Part electronic art project and part social science experiment, the website We Feel Fine (wefeelfine.org) harvests human feelings from inside the matrix -- Keanu notwithstanding -- collecting sentences that contain "I feel" or "I am feeling" from a number of popular blogs, including My Space, LiveJournal, Flickr and Google.
"The Internet is often considered a cold, inhuman place, but there is a huge amount of human sentiment hiding there," writes Brooklyn-based Internet artist Jonathan Harris, who launched the site in May with collaborator and Stanford professor Sepandar Kamvar. "I was interested in illuminating it."
We Feel Fine not only captures the sentiments of bloggers but also collects photographs accompanying the entries and demographic information from the authors' profile pages -- and then some. According to the site's "Methodology" page: " ... we can then retrieve the local weather conditions for that city at the time the post was written."
The 5 million (and growing) feelings in the collection are displayed in playful interfaces called "movements." Click on a blue floating circle on the "Madness" page (the first movement) to reveal the thoughts of a New Yorker, who wrote the following under sunny skies: "I feel guilty almost every time I don't give money to a panhandler ... I could be in their place and on the other hand giving money to every panhandler would leave me penniless myself."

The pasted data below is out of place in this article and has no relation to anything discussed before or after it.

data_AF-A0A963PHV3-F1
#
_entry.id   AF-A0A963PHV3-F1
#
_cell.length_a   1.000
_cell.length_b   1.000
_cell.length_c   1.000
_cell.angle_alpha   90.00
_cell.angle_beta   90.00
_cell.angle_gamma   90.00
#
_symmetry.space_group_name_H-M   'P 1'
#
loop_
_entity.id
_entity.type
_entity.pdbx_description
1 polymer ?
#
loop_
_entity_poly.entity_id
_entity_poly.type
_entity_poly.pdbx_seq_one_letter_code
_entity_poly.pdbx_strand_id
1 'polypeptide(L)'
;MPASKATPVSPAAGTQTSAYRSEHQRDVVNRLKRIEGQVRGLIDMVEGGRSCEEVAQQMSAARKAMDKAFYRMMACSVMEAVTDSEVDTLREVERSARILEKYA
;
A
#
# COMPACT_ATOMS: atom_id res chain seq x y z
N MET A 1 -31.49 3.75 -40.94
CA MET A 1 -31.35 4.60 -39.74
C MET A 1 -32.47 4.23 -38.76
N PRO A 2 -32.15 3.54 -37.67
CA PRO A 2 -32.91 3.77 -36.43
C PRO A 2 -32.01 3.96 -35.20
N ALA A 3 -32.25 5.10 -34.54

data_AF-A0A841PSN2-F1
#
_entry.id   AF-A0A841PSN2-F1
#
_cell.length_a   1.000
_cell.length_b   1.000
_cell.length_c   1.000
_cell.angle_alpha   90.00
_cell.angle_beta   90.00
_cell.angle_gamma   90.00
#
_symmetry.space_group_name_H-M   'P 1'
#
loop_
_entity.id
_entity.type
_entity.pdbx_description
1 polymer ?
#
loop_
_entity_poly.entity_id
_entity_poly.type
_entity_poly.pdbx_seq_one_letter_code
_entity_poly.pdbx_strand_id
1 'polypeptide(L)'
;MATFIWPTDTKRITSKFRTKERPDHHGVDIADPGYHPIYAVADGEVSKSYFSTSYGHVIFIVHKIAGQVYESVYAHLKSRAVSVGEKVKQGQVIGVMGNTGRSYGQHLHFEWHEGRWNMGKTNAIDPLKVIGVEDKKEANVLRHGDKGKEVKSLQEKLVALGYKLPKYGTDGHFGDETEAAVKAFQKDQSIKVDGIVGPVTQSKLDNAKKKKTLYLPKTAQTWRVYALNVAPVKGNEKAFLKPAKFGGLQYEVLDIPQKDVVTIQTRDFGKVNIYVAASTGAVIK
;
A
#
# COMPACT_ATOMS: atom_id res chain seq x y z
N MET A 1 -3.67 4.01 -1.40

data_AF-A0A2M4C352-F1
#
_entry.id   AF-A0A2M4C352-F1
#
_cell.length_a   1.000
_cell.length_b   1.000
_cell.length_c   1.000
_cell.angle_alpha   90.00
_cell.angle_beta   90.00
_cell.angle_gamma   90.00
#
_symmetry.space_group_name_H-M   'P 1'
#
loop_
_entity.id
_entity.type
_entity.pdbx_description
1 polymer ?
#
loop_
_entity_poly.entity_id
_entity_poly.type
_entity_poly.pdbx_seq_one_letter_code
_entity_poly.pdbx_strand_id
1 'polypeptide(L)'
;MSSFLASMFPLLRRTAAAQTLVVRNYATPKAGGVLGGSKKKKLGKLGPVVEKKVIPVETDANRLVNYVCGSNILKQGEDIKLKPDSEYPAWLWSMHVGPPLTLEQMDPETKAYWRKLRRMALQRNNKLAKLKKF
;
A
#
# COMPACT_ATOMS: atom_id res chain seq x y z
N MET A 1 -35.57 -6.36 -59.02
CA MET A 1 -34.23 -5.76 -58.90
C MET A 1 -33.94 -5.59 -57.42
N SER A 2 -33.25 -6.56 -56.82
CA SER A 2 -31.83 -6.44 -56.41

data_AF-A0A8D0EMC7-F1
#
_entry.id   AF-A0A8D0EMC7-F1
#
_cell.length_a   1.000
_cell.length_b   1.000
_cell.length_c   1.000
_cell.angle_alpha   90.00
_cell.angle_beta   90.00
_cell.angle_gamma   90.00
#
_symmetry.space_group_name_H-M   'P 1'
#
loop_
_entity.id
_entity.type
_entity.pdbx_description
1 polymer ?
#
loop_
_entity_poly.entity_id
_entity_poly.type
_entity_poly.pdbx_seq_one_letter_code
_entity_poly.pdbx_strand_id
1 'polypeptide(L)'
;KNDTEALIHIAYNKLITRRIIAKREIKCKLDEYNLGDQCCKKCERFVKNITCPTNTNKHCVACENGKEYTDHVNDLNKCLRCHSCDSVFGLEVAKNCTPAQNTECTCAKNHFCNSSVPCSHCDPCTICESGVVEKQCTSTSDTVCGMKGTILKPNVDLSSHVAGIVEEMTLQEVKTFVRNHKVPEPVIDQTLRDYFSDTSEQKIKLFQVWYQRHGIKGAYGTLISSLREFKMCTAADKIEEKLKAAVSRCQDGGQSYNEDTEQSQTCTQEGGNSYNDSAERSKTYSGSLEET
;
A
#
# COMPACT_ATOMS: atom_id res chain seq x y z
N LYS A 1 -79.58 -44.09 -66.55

Visitors can also conduct database searches within certain parameters. A query to find the "feelings of men, age 20 to 29 when it's raining in Rhode Island," yields about a dozen results, including this post: " ... I hope she is very happy and feels she made the right decision."
We Feel Fine's purpose is to show how alike people are -- no matter where they're blogging from.
"We all have our unique private moments -- our times of joy, sadness, euphoria, boredom -- and those moments belong to each of us," writes Harris in an e-mail. "Yet from another perspective, those moments are also shared moments, incredibly similar to the things experienced by others. So in the end, we're all pretty similar. Maybe this can help us get along."
-- CHRISTINE N. ZIEMBA